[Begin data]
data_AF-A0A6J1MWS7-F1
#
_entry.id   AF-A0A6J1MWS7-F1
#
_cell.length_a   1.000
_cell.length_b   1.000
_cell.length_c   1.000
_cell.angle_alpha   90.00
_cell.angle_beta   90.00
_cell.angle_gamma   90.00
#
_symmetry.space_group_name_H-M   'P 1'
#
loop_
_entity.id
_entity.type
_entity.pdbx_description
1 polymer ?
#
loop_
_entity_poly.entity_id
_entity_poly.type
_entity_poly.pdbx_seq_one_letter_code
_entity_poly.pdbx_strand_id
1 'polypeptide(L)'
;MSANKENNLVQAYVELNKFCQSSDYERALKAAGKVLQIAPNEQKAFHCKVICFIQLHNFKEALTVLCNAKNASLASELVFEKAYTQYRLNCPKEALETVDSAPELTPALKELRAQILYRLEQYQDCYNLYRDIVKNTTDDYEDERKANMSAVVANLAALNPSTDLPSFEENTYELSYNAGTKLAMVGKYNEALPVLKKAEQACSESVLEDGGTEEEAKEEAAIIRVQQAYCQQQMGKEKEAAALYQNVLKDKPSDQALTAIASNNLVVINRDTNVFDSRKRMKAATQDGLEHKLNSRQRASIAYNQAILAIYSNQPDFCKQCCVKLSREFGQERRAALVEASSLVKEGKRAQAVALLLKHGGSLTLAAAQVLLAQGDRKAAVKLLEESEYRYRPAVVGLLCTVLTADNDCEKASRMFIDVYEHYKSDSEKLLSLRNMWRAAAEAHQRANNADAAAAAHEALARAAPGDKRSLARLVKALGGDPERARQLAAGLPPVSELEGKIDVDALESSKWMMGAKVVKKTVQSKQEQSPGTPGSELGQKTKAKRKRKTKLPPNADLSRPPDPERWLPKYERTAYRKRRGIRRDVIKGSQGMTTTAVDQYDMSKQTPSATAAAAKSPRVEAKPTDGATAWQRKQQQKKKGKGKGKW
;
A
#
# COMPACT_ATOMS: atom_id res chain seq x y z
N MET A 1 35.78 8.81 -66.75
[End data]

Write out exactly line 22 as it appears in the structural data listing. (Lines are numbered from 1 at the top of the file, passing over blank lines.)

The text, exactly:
_entity_poly.type